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ei = [ 1 ejωi ejωi2 ..... ejωi (M˗1) ] is a eignevector of matrix R signal with eigenvalue λ i = M Ai 2 where P i stands for the powers of each complex sinusoid, e i stands for the eigenvectors of the autocorrelation matrix, and I denotes the identity matrix (* means complex conjugate and T denotes matrix transposition). R xx is the sum of a signal autocorrelation matrix Rsignal and a noise autocorrelation matrix Rnoise. The frequency information is contained within the matrix Rsignal. The matrix R xx can be decomposed into its eigenvectors and eigenvalues. The eigenvectors corresponding to the M largest eigenvalues contain information about signal parameters. To extract the information, it is also possible to use the property of the orthogonality of eigenvectors. It is said that the eigenvectors containing information about the signal span the signal subspace, and the remaining eigenvectors span the noise subspace. The min-norm method uses only one optimal vector, i.e., d, for frequency estimation.
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Power spectrum is calculate with help of d
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The denominator of (5) is estimated for each time instant. Instantaneous estimates of
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( e jω ) can be regarded as estimates of the instantaneous frequency of the signal. Using Min-Norm method, all frequencies of harmonic components can be extracted from the LC waveform. Harmonic components are classified to be low frequency harmonic components where 2 nd harmonic ≤ frequency ≤ 11 th harmonic, and high frequency harmonic where frequency > 11 th harmonic.
The basic idea for classification the harmonic components is described here. Observation of LC waveforms on clean insulator under normal environmental conditions as in [12] and [13] shows that LC waveforms have distorted from sinusoidal wave. Harmonic distortion is caused by nonlinear devices in the power system. This means that insulator has a characteristic as a nonlinear device. Harmonic components of clean insulator as mentioned above, significantly, appear only in harmonics ≤ 11 th harmonic, and harmonics greater than 11 th are appeared as a noise. Under clean surface conditions, LC magnitude is very low and it is affected by large high frequency components (noise). For insulator under high environmental stresses such as pollution, arc activity can appear potentially. Under this condition the LC waveforms have less distortion (approximately sinusoidal) than clean condition. It is mean that high frequency harmonics (noise) appear in waveform is reduced. The measure of LC signal can be expressed as:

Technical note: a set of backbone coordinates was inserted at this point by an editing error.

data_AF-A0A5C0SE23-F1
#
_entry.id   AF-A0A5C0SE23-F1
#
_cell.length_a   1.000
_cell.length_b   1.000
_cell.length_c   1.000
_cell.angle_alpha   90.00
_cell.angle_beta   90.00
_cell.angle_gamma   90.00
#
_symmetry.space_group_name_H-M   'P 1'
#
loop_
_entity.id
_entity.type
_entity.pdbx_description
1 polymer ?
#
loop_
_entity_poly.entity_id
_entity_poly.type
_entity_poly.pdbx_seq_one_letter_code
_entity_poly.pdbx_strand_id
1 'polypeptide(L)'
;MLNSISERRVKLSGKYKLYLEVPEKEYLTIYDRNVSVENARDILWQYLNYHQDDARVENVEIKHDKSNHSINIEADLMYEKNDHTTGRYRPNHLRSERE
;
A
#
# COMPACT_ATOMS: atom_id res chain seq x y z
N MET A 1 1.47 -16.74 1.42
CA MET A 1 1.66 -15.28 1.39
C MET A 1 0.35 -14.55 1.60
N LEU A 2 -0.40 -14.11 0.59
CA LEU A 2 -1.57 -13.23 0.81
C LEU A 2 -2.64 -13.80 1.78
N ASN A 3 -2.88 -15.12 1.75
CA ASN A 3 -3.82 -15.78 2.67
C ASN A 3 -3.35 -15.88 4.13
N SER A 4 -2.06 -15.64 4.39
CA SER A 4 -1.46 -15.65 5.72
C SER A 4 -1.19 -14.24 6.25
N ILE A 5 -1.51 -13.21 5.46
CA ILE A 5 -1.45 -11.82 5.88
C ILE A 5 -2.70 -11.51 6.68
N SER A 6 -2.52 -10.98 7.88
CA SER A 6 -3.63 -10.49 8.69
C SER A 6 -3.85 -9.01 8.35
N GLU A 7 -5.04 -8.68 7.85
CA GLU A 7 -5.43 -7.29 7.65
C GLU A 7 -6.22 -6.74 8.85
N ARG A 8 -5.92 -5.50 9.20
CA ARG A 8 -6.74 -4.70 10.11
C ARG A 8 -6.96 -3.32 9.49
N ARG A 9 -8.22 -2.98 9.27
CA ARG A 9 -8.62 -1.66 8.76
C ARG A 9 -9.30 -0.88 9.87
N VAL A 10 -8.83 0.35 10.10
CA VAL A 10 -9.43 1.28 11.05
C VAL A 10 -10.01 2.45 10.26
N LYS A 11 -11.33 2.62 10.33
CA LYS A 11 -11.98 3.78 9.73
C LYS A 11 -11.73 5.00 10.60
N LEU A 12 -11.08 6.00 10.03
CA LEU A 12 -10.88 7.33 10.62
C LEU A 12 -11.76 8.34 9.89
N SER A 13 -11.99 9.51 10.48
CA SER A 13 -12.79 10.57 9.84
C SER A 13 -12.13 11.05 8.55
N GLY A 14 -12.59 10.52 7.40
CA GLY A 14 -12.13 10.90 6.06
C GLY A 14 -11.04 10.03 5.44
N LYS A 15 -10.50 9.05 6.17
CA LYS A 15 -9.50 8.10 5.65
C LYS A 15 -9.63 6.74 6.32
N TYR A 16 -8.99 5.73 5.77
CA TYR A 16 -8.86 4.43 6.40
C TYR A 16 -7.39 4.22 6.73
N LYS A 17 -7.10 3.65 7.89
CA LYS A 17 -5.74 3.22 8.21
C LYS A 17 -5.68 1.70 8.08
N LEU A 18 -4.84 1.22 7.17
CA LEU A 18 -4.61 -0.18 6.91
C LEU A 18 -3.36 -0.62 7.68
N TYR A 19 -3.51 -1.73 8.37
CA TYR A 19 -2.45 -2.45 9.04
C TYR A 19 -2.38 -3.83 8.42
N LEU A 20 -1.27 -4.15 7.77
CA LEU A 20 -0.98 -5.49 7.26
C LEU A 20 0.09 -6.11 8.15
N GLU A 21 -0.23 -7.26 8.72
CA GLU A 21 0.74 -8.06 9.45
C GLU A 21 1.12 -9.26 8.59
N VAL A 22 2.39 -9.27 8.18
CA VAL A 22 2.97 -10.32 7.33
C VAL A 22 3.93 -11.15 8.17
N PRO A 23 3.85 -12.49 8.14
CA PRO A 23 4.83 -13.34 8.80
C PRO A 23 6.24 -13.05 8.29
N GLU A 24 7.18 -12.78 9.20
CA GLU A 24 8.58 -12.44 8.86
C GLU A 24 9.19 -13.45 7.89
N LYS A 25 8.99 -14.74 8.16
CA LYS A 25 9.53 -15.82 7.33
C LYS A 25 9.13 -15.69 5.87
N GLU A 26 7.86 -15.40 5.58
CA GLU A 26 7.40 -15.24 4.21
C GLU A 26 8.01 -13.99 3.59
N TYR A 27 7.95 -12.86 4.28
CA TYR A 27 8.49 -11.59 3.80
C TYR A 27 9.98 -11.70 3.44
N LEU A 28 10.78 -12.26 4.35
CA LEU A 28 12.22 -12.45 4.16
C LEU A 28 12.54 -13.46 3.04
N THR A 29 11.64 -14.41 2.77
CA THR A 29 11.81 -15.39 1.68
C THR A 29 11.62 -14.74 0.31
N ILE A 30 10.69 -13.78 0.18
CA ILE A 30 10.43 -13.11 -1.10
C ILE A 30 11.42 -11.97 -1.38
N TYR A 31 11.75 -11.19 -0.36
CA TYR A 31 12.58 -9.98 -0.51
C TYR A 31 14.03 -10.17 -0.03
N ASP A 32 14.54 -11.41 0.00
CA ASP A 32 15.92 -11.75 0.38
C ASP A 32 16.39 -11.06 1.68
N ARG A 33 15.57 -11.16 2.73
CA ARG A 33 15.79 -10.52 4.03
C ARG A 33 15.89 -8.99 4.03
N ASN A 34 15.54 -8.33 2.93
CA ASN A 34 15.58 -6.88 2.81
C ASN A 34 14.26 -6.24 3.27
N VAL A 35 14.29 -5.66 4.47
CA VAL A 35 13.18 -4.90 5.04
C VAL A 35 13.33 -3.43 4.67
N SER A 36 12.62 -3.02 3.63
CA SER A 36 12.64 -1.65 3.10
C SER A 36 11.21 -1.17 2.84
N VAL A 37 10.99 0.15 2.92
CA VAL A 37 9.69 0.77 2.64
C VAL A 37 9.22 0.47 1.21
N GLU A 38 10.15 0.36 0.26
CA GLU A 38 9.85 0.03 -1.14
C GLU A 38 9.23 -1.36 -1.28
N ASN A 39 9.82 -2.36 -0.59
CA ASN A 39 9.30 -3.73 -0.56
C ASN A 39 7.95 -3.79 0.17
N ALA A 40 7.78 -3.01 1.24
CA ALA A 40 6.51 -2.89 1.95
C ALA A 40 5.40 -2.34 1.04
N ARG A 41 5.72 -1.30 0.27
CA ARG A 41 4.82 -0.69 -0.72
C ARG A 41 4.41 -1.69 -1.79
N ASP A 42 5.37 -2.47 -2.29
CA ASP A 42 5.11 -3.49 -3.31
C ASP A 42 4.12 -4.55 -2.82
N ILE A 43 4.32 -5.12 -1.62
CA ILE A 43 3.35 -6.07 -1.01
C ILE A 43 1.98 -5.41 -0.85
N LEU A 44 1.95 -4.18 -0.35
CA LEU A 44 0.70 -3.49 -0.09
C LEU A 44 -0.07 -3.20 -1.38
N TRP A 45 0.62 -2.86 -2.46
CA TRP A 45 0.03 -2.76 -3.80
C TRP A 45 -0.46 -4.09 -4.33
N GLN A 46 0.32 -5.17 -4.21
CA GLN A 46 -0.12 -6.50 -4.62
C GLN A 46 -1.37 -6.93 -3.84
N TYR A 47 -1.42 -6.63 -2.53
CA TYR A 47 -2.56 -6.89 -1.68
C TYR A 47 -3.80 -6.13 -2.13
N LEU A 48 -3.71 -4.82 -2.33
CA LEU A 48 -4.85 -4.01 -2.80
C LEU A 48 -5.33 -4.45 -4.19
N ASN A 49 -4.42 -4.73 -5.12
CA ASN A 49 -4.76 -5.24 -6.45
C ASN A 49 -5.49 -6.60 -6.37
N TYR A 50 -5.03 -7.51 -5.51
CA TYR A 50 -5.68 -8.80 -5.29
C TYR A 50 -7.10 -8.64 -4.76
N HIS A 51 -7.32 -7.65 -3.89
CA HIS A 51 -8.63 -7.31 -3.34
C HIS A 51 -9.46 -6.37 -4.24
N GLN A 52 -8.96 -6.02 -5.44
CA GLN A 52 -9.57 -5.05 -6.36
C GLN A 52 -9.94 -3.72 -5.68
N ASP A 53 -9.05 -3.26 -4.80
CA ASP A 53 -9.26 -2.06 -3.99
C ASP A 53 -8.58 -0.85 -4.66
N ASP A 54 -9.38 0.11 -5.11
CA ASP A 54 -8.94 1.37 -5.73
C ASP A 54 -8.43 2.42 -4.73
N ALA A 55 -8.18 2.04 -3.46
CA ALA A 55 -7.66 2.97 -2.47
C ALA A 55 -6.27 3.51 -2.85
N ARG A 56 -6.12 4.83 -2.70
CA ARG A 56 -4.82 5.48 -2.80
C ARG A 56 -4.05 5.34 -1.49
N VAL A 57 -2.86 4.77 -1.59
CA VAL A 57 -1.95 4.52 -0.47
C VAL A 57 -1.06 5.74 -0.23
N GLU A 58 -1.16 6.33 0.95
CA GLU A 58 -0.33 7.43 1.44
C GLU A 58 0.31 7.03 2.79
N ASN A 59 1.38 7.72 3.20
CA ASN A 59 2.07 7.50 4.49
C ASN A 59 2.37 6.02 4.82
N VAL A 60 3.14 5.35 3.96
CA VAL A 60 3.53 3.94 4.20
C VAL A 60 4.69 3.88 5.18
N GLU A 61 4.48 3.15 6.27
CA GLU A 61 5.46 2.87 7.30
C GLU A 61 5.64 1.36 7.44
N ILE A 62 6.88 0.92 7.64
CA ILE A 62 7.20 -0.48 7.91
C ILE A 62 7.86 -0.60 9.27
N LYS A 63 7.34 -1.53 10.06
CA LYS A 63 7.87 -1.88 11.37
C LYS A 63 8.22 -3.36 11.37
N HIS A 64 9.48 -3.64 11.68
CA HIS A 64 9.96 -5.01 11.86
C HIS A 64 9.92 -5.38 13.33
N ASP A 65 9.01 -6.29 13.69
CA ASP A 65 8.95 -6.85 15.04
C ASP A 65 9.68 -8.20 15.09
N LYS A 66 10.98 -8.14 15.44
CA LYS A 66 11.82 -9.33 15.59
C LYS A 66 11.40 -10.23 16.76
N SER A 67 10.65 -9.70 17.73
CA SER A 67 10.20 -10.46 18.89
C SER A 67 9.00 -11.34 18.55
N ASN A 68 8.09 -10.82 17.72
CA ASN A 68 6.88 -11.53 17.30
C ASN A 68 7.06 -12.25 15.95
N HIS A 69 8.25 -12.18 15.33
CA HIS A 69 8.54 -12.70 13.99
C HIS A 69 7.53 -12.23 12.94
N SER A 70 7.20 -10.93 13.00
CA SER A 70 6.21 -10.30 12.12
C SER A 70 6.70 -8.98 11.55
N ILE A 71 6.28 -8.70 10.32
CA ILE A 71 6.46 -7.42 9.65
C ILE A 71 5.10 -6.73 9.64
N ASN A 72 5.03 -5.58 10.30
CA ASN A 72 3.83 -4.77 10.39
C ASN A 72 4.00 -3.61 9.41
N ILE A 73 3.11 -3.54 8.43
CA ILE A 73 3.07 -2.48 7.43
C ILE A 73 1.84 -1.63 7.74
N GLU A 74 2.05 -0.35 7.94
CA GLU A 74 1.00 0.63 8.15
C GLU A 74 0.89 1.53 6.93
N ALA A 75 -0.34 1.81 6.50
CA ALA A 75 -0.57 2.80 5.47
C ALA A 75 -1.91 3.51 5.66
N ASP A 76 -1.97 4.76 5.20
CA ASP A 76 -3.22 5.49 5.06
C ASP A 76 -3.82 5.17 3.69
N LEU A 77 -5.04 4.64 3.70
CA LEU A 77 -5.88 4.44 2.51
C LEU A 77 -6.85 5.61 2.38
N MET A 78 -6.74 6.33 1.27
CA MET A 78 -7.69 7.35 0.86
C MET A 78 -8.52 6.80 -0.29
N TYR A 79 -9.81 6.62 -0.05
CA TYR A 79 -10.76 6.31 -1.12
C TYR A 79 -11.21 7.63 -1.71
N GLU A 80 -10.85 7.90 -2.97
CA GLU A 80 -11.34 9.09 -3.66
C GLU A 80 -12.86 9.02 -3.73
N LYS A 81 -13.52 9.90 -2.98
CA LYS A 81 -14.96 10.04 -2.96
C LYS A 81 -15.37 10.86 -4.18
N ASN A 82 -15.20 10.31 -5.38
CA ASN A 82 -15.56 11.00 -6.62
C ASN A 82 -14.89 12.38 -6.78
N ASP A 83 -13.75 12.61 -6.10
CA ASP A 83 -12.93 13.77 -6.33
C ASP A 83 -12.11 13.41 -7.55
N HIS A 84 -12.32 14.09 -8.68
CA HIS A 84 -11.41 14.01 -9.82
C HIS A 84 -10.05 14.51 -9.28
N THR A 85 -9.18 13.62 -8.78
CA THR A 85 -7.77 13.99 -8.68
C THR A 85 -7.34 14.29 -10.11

Total Harmonic Distortion (THD) is used as a measure of harmonic contents of the leakage current signal. THD of leakage current signal is calculated as follows,
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An index of insulator performance can be defined as a logarithmic ratio of low frequency harmonics to high frequency harmonics using SNR as in Eq. (9).
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- 2.2 CWD analysis
One representative of Cohen’s family is the CWD. Lowering the cross-term interference is achieved here by the convolution of the integrant of Wigner Distribution (WD) with a Gaussian smoothing kernel in the form exp(( θτ )2/ σ ) [18 , 19] Choi-Williams function is a flexible method for the time frequency analysis of transients and non-stationary waves [16] . It allows simultaneous time and frequency analysis of signals and how the energy of the signal is distributed over the two-dimensional timefrequency space. Choi-williams function is given by,